HIV-1 associated nephropathy (HIVAN) is a disease almost entirely limited to individuals of African descent. The pathogenesis of HIVAN is not fully understood, however dysfunction and injury to podocytes that form the glomerular blood filtration barrier are essential to the development of this disease. The mechanism of HIV-1- mediated podocyte injury is unclear mostly due to the lack of expression of classical HIV-1 entry receptors on these cells. However, findings that HIV-1 Nef recapitulates a HIVAN phenotype in experimental models, suggest that podocytes can be injured by Nef that is released by other productively infected cells. Further, striking racial disparities in the frequency of focal segmentl glomerulosclerosis (FSGS) and HIVAN have led to the discovery of genetic variants of the APOL1 gene that predispose African Americans homozygous for these risk alleles to the development of these nephropathies. However, the cellular function of the wild type (WT) APOL1 protein and the contribution of APOL1 risk mutants to podocyte damage in the face of HIV-1 infection remain unknown. This application looks at the APOL1 path that could be therapeutically exploited to protect against Nef-mediated podocyte injury in HIVAN. We show that APOL1 in podocytes strongly colocalizes with lysosomes and autophagosomes, suggesting that APOL1 may play a role in autophagy. We also demonstrate that APOL1 WT stimulates autophagy in differentiated podocytes. Since inheritance of the APOL1 gene risk variants is fully recessive, analysis of the effect of the APOL1 on autophagy will require a podocyte model homozygous for the APOL1 risk alleles. We have developed a method for isolation and culture of human podocytes from urine that will be used to explore the role of APOL1 in podocytes. In this application, we propose that wild type APOL1 is protective against HIVAN development by activating autophagic flux and counteracting the inhibitory effect of Nef on autophagy. In contrast, APOL1 risk variants lacking these functions permit the deleterious effects of Nef. We propose: 1) To dissect the mechanism(s) by which APOL1 and a high risk double mutant (APOL1 DM) contribute to autophagy initiation by comparing the interactions between these two molecules and the autophagy machinery, using immunoprecipitation (IP), western blotting and confocal microscopy. 2) To investigate the mechanism(s) by which APOL1 counteracts the suppression of autophagosome maturation by HIV-1 Nef, we will test whether APOL1 WT competes with Nef and thus stimulates autophagosome maturation. Binding partners of Nef and APOL1 in Beclin1/UVRAG/C-Vps complexes will be identified. Autophagosome fusion with lysosomes will be analyzed using a novel tandem fluorescent mRFP-EGFP-LC3 construct. Renal pathogenic SF2 Nef and mutants will be used to discern mechanism(s) by which SF2 Nef inhibits autophagy and how APOL1 WT overcomes Nef's inhibition. We believe that results of our proposal will lead to a novel therapeutic strategy aimed at preventing podocyte injury in HIVAN by stimulation of autophagic flux and by targeting Nef in the presence of APOL1 risk alleles.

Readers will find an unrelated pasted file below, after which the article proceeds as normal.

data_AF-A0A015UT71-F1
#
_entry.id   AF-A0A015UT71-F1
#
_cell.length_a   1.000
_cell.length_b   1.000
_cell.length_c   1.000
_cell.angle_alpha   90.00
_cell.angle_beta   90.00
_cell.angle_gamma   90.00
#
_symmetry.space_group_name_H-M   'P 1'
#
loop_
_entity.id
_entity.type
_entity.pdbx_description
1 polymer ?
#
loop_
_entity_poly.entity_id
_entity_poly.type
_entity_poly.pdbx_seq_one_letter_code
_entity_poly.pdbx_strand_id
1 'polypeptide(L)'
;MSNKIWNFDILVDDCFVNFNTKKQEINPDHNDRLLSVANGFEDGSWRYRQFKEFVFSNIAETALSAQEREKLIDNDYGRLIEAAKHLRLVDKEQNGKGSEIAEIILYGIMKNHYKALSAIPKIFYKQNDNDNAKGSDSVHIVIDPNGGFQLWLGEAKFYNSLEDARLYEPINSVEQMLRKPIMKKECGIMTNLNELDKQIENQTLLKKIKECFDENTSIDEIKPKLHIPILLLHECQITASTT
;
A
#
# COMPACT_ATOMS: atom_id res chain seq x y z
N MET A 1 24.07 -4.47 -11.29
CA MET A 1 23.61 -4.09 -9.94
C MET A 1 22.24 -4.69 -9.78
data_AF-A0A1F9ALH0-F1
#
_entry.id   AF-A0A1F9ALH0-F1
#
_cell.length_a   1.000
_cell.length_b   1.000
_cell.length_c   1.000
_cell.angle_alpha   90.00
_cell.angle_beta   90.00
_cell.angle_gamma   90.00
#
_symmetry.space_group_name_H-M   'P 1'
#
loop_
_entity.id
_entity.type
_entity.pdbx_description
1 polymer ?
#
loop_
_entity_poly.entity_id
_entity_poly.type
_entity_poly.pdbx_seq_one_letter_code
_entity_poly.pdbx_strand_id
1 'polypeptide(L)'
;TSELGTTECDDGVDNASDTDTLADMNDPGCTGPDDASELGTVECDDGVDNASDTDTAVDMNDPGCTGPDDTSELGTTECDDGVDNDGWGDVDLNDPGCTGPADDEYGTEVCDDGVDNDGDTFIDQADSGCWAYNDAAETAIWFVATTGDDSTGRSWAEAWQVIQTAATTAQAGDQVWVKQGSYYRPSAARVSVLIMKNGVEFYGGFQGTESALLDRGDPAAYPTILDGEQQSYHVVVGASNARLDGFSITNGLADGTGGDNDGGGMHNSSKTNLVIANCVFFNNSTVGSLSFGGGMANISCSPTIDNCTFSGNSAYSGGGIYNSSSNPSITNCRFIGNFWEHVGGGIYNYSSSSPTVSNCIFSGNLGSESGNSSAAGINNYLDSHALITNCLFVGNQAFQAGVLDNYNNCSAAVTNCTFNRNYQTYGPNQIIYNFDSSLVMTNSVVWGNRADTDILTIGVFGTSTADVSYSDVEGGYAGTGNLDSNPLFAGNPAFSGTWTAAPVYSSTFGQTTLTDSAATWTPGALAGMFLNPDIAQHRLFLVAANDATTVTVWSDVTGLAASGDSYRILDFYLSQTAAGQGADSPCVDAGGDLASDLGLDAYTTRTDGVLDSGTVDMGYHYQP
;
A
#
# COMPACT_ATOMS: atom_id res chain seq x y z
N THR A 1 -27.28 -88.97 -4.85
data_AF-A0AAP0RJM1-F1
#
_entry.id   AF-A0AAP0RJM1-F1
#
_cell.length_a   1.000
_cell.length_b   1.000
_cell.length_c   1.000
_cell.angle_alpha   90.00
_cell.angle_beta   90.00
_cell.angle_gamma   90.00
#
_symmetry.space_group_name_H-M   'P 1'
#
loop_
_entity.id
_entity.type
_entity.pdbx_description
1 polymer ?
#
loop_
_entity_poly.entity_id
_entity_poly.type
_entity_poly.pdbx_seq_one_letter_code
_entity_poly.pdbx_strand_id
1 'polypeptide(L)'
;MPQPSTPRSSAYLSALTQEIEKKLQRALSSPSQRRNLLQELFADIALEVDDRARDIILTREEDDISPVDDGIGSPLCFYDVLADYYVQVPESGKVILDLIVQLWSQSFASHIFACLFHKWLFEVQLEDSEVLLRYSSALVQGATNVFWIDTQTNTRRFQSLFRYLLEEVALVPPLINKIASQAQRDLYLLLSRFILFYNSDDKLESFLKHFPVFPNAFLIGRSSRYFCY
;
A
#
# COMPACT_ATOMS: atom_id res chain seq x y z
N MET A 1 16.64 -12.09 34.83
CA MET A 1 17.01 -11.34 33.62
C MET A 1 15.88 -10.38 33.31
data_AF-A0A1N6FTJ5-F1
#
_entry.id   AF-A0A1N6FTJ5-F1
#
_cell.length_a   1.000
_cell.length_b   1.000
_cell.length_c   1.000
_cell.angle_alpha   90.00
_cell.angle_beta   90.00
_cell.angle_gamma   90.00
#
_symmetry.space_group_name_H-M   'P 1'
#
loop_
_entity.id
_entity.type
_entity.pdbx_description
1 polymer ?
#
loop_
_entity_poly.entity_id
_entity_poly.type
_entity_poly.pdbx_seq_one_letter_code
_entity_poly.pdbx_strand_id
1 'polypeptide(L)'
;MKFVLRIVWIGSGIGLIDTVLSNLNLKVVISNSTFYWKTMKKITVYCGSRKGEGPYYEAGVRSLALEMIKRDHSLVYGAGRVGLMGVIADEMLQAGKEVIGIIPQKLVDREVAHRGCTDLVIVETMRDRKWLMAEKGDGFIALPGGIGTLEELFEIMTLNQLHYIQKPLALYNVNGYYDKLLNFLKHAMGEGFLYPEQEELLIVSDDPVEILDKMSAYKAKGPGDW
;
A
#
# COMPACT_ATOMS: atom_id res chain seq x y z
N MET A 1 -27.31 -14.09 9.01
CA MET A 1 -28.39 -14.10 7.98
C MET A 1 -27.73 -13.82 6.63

HIV-associated kidney disease (HIVAN) is almost entirely (>90%) limited to people of African descent. Recently researchers found a gene called APOL1 that may be responsible for the unusually high incidence of HIVAN in blacks. We wish to discover the normal function of the protein coded by this gene and to find how changes in this protein, seen almost exclusively in blacks, cause HIVAN. Our studies may help both assess the risk for developing HIVAN and for developing a novel treatment against this disease.
|Taylor, Harry E; Khatua, Atanu K; Popik, Waldemar (2014) The innate immune factor apolipoprotein L1 restricts HIV-1 infection. J Virol 88:592-603|